Know what causes the most damage to a team’s productivity?

Bad communication.

Communication within an organization is often a battle.

A war that ends up with missed targets, overworked and dissatisfied employees and frustrated bosses.

Employees have little clarity about what the top bosses are trying to achieve. What does my company really expect from me? How does my contribution tie in with the big picture? What do I have to do to grow in the organization?

Bosses are frustrated that their teams are not in sync and do not embrace the ‘vision.’

And yet, the solution is simpler than we imagine.

Internal Communication to the Rescue

Internal communication is the process of communicating with your employees. It’s about making sure your employees understand what the company is trying to do and helping them be more productive at what they do.

“You could say it is the glue that holds your company together.”
Mikael Lauharanta, Co-Founder and COO of Smarp

Exactly how does internal communication contribute to productivity?

How can organizations do better at internal communication?

Is internal communication only for established companies or can startups benefit from it too?

Recently, we had the opportunity to talk to Mikael Lauharanta, Co-Founder and COO of Smarp –  an app for employee communication, advocacy and engagement.

In this discussion, Mikael shared some great insights about how internal communication can be used to boost organizational productivity.

Internal Communication and Productivity

Mikael Lauharanta, Co-Founder and COO (left) with Roope Heinilä, Founder and CEO, Smarp

Peter: 

How can better internal communication improve employee productivity?

Mikael : 

In several ways. Here are just a few:

Engagement

One of the biggest drivers of productivity in an organization is the level of employee engagement.

Simple fact – an engaged employee will work harder, contribute better ideas, help out other teammates, and even energize people around him/her. Yet Gallup studies indicate that on average, only 32% of employees are engaged.

Active internal communication keeps employees more engaged, which greatly improves productivity.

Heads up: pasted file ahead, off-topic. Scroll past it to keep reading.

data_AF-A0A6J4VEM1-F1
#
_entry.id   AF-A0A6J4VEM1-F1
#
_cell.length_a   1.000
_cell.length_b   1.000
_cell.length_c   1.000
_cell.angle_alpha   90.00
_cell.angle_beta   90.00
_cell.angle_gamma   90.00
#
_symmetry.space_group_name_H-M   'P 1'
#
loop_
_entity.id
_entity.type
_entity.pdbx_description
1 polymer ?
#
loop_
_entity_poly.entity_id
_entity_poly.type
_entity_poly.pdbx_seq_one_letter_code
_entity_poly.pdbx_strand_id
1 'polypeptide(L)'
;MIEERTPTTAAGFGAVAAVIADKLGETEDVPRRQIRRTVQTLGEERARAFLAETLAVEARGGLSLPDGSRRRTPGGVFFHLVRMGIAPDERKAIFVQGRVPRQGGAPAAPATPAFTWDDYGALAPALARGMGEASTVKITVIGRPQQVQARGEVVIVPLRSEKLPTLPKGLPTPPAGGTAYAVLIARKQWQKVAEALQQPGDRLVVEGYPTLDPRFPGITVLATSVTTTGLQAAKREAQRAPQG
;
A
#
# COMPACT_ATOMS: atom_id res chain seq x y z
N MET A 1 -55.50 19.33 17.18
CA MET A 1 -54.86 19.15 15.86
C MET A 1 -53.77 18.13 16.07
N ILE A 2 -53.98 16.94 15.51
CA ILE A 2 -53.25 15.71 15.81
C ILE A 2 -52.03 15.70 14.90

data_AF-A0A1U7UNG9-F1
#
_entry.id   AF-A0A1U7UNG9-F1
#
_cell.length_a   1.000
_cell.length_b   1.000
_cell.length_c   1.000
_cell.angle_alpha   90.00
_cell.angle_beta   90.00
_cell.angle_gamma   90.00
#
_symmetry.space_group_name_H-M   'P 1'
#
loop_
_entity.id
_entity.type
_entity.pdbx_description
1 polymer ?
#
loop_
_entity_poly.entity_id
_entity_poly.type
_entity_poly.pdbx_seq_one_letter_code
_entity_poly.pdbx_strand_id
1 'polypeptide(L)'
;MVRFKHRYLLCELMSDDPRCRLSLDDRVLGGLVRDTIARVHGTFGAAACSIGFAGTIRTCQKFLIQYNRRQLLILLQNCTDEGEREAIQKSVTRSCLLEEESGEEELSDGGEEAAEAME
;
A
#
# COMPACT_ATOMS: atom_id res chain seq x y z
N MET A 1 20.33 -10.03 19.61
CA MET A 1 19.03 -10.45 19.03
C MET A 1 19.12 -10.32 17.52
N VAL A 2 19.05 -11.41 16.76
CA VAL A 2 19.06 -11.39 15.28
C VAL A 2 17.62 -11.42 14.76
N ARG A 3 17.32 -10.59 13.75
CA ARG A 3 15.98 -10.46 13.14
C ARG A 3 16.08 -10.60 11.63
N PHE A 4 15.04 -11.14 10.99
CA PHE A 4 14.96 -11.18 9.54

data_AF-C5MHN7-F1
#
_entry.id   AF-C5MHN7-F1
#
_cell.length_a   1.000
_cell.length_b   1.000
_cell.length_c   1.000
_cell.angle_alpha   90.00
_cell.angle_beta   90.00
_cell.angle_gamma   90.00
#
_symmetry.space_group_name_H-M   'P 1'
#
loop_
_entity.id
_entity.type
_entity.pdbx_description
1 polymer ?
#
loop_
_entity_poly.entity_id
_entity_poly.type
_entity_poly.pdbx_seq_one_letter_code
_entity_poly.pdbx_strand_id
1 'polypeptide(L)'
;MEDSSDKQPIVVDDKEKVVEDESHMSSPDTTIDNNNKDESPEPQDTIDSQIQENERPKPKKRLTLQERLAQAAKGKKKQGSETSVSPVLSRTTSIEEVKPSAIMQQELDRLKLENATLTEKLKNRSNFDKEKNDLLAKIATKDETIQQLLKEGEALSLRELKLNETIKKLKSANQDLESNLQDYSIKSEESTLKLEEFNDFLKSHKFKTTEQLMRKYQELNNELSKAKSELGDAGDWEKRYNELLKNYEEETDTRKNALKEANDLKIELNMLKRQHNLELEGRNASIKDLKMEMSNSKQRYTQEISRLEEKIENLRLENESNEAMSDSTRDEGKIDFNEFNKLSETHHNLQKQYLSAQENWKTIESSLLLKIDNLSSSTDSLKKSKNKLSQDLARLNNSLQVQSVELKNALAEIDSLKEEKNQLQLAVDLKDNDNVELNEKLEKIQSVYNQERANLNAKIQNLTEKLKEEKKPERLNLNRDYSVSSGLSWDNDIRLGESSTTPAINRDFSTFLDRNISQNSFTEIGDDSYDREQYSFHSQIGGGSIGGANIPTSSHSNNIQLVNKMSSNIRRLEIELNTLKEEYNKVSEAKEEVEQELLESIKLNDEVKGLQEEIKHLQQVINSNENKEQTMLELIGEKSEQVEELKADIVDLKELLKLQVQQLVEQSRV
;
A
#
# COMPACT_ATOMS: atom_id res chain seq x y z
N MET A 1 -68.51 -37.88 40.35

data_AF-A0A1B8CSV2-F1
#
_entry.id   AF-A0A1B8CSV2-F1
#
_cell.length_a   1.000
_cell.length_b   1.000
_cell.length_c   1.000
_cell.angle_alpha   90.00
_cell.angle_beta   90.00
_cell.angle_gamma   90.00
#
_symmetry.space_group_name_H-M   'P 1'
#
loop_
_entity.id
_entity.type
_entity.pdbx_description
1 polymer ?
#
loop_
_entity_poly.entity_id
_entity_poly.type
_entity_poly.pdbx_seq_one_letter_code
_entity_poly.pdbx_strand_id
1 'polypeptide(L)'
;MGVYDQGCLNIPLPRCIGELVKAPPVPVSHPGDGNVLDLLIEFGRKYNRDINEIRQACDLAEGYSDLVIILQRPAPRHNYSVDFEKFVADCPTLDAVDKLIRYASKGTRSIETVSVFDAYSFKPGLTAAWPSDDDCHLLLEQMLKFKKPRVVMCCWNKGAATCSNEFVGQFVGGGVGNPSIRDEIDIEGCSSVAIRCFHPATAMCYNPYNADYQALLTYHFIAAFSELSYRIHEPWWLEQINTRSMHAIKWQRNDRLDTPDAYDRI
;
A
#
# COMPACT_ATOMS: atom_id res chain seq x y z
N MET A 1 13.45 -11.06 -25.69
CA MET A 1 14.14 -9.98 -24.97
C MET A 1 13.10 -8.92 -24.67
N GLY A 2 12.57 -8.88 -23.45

Clarity

Internal communication can be used for informing people about the current state of affairs in the company and the industry. This information helps employees understand the context behind their everyday tasks. The moment you know why you are doing something, and how it fits into the bigger picture, you feel part of something meaningful. This naturally inclines you to do a better job.

Internal communication also brings more clarity to day to day operational tasks.

For instance, when employees know where to find a specific bit of information or a document, it reduces frustration and time needed to perform tasks.

Agility

The only constant in the 21st century is change.

When there’s a systematic internal communication culture in place and people understand each other very well and what is expected of them, they function far more productively as a team. The company can be a lot more agile and react quickly to changes in the marketplace.

More importantly, a more agile team can be proactive and become a market leader.

Culture

Culture impacts productivity in several ways. You can use internal communication to shape and foster different aspects of culture such as organizational values, decision making styles and processes, your approach towards rewards and recognition and more. This creates greater alignment and fosters better teamwork.

Joy: 

What are the most common mistakes that companies make in terms of internal communication and how could those mistakes hamper productivity?

Mikael: 

The biggest mistake in any sort of communication is making assumptions. If you assume the other party knows something they don’t, the quality of the work suffers and unexpected or even detrimental outcomes lead to frustration.

Another very common mistake is to try to use too many channels. The fewer channels and file locations you have, the easier it is to find the information you need.

Instead of using both Dropbox and Google Drive for storage, pick one that suits your organizational needs, and instead of using Whatsapp, Facebook messenger, and Slack for instant messaging, choose only one and stick with it.